Tuesday, April 17, 2007

Crime and Punishment

Mel Kay, President and Founder, and Michael McLaughlin, a manager of Golden State Fence Company, ran a tight ship. They were contracted in the late nineties to build a fence 15 feet high and 6,100 feet long near the U.S.-Mexico border, to hold back the tide of immigrants. The Army Corps of Engineers called them “professional, reliable, and extremely competent … We have never encountered any problems with any personnel they have used.” Their revenue grew to $150 million in 2004. Their motto is “Home of the American Dream.”

In late March, a federal judge sentenced Kay and McLaughlin to house arrest, community service, probation, and fines of $300,000, for knowingly hiring undocumented immigrants between 1999 and 2004. Their business was also fined $4.7 million.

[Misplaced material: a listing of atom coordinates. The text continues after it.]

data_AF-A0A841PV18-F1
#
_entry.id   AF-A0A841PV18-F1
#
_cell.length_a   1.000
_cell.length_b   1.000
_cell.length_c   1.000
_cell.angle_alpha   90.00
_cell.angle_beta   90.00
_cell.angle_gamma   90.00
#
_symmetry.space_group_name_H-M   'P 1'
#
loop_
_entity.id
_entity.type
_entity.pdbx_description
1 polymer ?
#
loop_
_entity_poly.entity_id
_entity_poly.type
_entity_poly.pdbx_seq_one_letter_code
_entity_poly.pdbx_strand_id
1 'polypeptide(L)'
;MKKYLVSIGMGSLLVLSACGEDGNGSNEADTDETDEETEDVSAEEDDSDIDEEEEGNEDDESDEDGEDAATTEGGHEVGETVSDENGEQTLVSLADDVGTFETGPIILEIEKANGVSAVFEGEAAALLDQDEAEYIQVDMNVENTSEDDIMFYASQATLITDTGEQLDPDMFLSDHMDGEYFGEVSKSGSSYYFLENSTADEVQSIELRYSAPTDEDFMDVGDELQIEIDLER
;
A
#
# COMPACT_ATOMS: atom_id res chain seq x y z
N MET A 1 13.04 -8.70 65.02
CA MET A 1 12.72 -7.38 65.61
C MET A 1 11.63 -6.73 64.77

But does the punishment fit the crime? Perhaps a more appropriate sentence would have included a fine of a few thousand dollars each. That, and being made to run through the desert. With no food and little water, risking death by hypothermia, dehydration and the violence of bandits. That, and spending years wondering when the knock might come at the door, whether tomorrow they will be taken away from their wives and children. Years of seeing only photos of the other kids left behind.

This, perhaps, would be a just sentence, but not for hiring workers who lack the right papers. For building fences to block their passage. For building cages.

1 comment:

logic said...

Ok now the poem you wrote has new meaning. The whole time I was thinkng you were talking about Katrina victims!